The Power9 processors will ship later this year in the “Summit” and “Sierra” supercomputers being built for the US Department of Energy, so technically speaking IBM will have made its promise of delivering these systems on time. But everyone expected for the Power9 systems to be commercially available around the same time that Intel was bringing its “Skylake” Xeons to market here in the summer, and that has not happened. This is not a good thing, particularly as IBM and its partners have been trying to court hyperscalers and HPC centers with the benefits that Power9 provides over Xeons in the datacenter. This has left IBM peddling its Power8 and Power8+ processor against the latest Intel iron. (IBM doesn’t use that latter name, but the chip with NVLink interconnect ports on it, which is very well suited to HPC, deep learning, and database workloads is really a plus chip even if IBM doesn’t want to admit it.)

It would have been better if the Power8+ chip was rearchitected to be a better competitor against the “Haswell” and “Broadwell” Xeons from 2014 and 2016, and that IBM had already built up a base of customers before the Skylake and Naples chips came to market. But that didn’t happen, and Power9 is in fact entering the field late and against some pretty good competition from ARM server chip suppliers Cavium and Qualcomm.

And so, IBM’s hardware revenues decline and they drag down all of the software and services revenues with them. In the second quarter ended in June, IBM’s overall revenues were $19.29 billion, down 4.7 percent, and net income fell by 6.9 percent to $2.33 billion.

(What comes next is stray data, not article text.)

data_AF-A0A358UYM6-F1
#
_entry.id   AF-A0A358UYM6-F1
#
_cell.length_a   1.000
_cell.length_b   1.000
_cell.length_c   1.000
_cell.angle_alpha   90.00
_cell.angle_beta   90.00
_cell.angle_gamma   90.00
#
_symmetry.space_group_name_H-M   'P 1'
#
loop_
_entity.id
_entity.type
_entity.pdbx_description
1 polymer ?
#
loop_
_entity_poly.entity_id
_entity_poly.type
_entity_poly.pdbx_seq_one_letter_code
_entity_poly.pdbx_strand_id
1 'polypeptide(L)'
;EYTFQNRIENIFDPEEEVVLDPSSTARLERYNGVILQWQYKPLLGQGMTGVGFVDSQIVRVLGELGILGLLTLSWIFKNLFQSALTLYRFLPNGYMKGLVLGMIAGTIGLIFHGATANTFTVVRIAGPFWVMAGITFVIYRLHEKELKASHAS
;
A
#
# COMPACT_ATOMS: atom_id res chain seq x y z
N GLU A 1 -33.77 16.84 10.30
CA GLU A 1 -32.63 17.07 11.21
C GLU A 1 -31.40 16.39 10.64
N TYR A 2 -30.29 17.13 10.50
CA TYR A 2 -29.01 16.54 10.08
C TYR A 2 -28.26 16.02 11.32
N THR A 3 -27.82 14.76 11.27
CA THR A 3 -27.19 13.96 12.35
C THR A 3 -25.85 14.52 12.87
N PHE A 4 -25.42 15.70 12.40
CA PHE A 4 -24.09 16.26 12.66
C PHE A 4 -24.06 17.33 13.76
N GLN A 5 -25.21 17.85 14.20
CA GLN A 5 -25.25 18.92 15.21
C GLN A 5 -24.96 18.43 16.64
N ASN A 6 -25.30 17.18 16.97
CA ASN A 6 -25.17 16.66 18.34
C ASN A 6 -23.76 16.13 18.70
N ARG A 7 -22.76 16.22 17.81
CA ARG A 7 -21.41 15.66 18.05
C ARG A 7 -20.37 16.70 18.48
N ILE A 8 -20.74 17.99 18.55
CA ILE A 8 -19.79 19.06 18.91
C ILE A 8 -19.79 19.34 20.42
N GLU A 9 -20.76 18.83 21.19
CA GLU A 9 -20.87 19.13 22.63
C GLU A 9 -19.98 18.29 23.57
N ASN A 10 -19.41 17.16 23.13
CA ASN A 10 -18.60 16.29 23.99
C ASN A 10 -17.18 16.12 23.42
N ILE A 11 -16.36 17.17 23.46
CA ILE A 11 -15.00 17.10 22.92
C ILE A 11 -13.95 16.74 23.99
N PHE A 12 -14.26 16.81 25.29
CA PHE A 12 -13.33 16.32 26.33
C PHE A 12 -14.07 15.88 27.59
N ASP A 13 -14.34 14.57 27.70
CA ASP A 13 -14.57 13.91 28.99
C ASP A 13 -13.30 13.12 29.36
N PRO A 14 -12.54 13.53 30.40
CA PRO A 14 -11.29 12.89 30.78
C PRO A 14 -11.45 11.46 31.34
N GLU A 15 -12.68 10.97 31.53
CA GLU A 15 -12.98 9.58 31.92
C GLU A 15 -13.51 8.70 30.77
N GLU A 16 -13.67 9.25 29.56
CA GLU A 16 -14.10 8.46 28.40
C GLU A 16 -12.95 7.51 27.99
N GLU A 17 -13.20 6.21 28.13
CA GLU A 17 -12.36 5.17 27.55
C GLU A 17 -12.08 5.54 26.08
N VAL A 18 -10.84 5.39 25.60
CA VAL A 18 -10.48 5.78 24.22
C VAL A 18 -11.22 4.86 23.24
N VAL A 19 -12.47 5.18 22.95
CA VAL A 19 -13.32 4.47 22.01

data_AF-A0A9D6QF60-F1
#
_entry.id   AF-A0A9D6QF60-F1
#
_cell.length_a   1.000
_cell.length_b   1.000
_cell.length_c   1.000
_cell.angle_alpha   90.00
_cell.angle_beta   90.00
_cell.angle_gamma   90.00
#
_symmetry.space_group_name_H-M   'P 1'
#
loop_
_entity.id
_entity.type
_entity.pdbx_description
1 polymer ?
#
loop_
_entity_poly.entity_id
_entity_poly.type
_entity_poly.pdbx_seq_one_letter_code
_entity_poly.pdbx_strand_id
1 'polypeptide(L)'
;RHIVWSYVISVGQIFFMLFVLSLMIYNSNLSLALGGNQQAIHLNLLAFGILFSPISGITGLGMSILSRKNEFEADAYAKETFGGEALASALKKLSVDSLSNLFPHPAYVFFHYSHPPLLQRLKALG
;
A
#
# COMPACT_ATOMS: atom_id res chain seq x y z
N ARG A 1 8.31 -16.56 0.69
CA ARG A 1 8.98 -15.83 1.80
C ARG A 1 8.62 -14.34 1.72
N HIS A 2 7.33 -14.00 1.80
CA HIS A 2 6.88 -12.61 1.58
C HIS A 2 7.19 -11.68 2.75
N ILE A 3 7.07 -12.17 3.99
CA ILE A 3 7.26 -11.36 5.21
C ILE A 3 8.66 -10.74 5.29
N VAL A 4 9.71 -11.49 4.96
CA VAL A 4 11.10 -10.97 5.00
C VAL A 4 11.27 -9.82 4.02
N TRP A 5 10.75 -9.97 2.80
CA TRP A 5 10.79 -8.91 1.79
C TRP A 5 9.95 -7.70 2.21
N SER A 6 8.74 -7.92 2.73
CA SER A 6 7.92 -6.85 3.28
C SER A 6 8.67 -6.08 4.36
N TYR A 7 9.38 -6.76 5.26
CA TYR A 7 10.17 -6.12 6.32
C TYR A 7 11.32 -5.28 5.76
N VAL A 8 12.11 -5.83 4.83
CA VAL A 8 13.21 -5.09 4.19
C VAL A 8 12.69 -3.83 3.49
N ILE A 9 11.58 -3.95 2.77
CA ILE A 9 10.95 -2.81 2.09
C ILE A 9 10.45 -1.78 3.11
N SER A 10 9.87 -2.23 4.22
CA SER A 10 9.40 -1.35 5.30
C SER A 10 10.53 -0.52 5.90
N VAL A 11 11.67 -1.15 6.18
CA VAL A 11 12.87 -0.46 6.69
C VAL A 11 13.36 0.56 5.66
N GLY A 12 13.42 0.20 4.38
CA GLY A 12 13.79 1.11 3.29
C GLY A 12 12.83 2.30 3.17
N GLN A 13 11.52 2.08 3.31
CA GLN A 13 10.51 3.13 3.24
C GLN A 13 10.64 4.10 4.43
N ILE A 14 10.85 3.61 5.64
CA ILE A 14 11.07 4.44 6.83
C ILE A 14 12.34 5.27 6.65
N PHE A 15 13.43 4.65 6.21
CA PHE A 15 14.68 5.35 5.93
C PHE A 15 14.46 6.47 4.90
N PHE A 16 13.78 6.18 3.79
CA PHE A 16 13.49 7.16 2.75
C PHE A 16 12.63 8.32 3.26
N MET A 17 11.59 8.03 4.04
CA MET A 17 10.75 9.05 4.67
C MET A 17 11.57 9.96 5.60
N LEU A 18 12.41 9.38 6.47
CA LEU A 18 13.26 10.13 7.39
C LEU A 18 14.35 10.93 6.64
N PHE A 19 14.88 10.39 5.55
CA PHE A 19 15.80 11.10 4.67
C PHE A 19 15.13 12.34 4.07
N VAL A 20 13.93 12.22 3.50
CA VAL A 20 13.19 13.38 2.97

The Systems business fell by 10.4 percent to $1.75 billion, with mainframe revenues down but profits up as many customers just activated dormant capacity in their existing machines as they awaited the z14 announcement. IBM chief financial officer Martin Schroeter bragged that IBM has added 91 new mainframe customers since the z13 launch a few years back, but he did not say how many mainframe shops it has lost. (Our guess is more than that.) Power systems sales grew sequentially from the first quarter, but were still down year-on-year as the market awaits Power9 machines. Sales of Power iron based on Power8 and Power8+ processors running Linux grew, and Schroeter says that IBM believes it gained market share in Linux systems. It would almost have to by definition, and by the way, a large portion of the mainframe capacity installed in the world is running Linux, not IBM’s homegrown operating systems of z/OS or z/VM or z/VSE, which are the most vintage platforms still in use today.

The real IBM systems business – including not just servers, operating systems, and storage, but also the middleware, database, and development tools for these platforms – is, as we have always pointed out, much larger than this. But it is still in decline, and that is IBM’s real problem. No amount of chanting Watson will fix that. Getting the Power9 platform into the field this summer, in volume, would have helped. And having it out late last year, as it should have been, would have been even better.

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  1. IBM is going to be toast in the next decade. Watson gamble hasn’t played off as other players have surpassed IBM in the ML/AI sector already. IBM was late to jump on the DNN/RL bandwagon to manifest its position. So IBM no longer is seen as pioneer here.

    IBM has also left the FAB business so they have no edge and compete against all the other players out there for capacity on existing FABs. Power architecture looks to me like a dead end it is moving too slow simply as IBM as a whole does.